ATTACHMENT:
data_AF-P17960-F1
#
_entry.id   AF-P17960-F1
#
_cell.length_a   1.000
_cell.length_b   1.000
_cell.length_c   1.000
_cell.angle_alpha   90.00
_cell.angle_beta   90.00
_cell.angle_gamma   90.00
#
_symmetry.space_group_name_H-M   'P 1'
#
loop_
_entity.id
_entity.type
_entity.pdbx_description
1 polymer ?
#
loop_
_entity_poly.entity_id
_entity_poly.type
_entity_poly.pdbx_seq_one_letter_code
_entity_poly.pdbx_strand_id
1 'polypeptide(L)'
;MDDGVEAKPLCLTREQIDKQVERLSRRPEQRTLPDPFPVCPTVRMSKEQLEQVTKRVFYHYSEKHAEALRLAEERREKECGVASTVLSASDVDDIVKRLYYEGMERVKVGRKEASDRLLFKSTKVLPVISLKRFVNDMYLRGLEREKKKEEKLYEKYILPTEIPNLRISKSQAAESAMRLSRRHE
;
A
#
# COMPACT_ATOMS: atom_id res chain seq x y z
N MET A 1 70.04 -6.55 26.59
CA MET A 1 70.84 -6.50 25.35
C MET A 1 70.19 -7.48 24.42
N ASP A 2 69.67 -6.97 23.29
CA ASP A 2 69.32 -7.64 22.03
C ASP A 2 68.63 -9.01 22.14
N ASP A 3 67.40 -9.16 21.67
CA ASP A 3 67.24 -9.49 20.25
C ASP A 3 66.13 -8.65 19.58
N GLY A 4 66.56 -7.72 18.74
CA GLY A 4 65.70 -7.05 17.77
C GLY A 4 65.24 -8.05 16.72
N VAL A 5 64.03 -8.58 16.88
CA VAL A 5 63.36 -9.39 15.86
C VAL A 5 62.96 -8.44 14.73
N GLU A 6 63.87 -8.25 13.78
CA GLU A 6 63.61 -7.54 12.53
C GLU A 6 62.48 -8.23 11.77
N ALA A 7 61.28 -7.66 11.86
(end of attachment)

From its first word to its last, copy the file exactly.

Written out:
data_AF-P17960-F1
#
_entry.id   AF-P17960-F1
#
_cell.length_a   1.000
_cell.length_b   1.000
_cell.length_c   1.000
_cell.angle_alpha   90.00
_cell.angle_beta   90.00
_cell.angle_gamma   90.00
#
_symmetry.space_group_name_H-M   'P 1'
#
loop_
_entity.id
_entity.type
_entity.pdbx_description
1 polymer ?
#
loop_
_entity_poly.entity_id
_entity_poly.type
_entity_poly.pdbx_seq_one_letter_code
_entity_poly.pdbx_strand_id
1 'polypeptide(L)'
;MDDGVEAKPLCLTREQIDKQVERLSRRPEQRTLPDPFPVCPTVRMSKEQLEQVTKRVFYHYSEKHAEALRLAEERREKECGVASTVLSASDVDDIVKRLYYEGMERVKVGRKEASDRLLFKSTKVLPVISLKRFVNDMYLRGLEREKKKEEKLYEKYILPTEIPNLRISKSQAAESAMRLSRRHE
;
A
#
# COMPACT_ATOMS: atom_id res chain seq x y z
N MET A 1 70.04 -6.55 26.59
CA MET A 1 70.84 -6.50 25.35
C MET A 1 70.19 -7.48 24.42
N ASP A 2 69.67 -6.97 23.29
CA ASP A 2 69.32 -7.64 22.03
C ASP A 2 68.63 -9.01 22.14
N ASP A 3 67.40 -9.16 21.67
CA ASP A 3 67.24 -9.49 20.25
C ASP A 3 66.13 -8.65 19.58
N GLY A 4 66.56 -7.72 18.74
CA GLY A 4 65.70 -7.05 17.77
C GLY A 4 65.24 -8.05 16.72
N VAL A 5 64.03 -8.58 16.88
CA VAL A 5 63.36 -9.39 15.86
C VAL A 5 62.96 -8.44 14.73
N GLU A 6 63.87 -8.25 13.78
CA GLU A 6 63.61 -7.54 12.53
C GLU A 6 62.48 -8.23 11.77
N ALA A 7 61.28 -7.66 11.86